The State of IPv6
IPv6 is a mature protocol that has been refined over the last fifteen years. Most large ISPs have deployed IPv6 in their networks and offer both IPv4 and IPv6 connectivity to customers. Top web destinations such as Google, Facebook, and Netflix serve content using IPv6. Network infrastructure vendors have been busy implementing IPv6 features in routers, firewalls, and load balancers. The technology is ready. Are your network and engineering staff prepared?
The Urgency in Deploying IPv6
By the end of 2012, your ability to obtain new IP version 4 (IPv4) addresses will be severely restricted. The organizations responsible for allocating IPv4 addresses are nearly out of addresses. How many unused IPv4 addresses are currently allocated to your business? If you lack an existing supply of unused IPv4 space, you will not be able to deploy new services over the Internet without resorting to crude work-arounds. You have a critical business continuity issue on your hands that can only be addressed by planning and implementing IPv6 on your network.
Working with Brooks to Migrate to IPv6
Although IPv4 and IPv6 are mostly incompatible, the two protocols can coexist in the network. This typically means that a wholesale upgrade to your network infrastructure is not required. Depending on your network, the size and difficultly of the migration effort vary. No technical migration is without risk. Choosing to do business with Jeff Loughridge of Brooks can help minimize that risk. Jeff has experience implementing IPv6 at the world’s largest ISPs. He uses the following steps to ensure a deliberate and risk-averse migration.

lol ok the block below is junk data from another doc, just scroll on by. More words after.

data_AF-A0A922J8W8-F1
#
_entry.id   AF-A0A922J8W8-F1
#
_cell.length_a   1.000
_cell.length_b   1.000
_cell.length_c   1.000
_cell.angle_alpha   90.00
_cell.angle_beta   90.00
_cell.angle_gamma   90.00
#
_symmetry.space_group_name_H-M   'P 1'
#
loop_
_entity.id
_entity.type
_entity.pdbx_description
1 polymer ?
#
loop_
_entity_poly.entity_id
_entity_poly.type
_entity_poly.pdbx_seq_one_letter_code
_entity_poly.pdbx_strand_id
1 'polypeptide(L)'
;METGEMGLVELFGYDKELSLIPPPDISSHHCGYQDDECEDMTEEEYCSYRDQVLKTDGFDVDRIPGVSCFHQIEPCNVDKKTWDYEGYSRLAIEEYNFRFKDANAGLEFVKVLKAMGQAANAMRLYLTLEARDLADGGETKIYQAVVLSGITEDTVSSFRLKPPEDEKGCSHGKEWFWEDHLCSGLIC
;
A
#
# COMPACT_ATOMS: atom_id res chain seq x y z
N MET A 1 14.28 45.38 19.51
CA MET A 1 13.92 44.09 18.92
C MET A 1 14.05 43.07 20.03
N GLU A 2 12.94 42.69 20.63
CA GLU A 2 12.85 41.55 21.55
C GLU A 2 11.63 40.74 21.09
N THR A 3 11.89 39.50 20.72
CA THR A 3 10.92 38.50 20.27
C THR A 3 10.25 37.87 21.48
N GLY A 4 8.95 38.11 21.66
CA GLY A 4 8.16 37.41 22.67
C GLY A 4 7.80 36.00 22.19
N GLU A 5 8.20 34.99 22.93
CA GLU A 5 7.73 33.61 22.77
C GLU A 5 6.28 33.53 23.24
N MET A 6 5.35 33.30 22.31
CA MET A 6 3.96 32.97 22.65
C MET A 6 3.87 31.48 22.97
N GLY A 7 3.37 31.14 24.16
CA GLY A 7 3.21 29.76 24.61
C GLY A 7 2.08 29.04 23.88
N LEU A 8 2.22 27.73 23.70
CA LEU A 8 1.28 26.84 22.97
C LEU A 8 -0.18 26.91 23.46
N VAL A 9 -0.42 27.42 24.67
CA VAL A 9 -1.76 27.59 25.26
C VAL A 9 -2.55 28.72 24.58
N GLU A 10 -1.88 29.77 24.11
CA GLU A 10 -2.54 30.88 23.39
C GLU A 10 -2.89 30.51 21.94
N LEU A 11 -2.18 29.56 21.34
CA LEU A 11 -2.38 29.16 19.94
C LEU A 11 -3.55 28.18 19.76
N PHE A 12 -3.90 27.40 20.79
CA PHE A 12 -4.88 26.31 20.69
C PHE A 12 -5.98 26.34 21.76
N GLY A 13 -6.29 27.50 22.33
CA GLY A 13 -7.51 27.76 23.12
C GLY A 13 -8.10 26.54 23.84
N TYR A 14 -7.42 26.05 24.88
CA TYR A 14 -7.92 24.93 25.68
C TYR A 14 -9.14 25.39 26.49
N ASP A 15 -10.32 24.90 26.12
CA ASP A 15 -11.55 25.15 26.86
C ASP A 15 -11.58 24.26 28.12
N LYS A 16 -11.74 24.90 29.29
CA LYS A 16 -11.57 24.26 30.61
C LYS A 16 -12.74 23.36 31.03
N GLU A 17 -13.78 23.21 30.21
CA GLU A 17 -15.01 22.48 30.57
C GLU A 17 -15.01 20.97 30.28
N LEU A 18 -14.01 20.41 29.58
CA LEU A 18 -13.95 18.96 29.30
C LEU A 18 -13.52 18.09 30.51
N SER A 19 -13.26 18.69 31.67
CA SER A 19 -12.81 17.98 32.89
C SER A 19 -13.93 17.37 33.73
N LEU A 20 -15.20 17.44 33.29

- Obtain network baseline that describes how services are currently delivered using IPv4, network features, key performance metrics
- Assess IPv6 capabilities on existing network gear
- Conduct IPv6 training so that your engineers can participate in the migration and fix day-to-day incidents on the network post-migration
- Partner with your engineers to create a detailed design document that encompasses areas such as network connectivity, routing protocol design, IPv6 addressing scheme, security considerations, critical data flows, and feature interaction
- Develop migration procedure for introducing IPv6 into the network
- Support the maintenance activities for implementing IPv6
The U.S. government’s National Institute of Standards and Technology (NIST) projects that companies will spend over $20B on IPv6 through the year 2028. If you seek guidance in your IT investments to support IPv6, call Jeff today at 703-229-0098 or send him an email.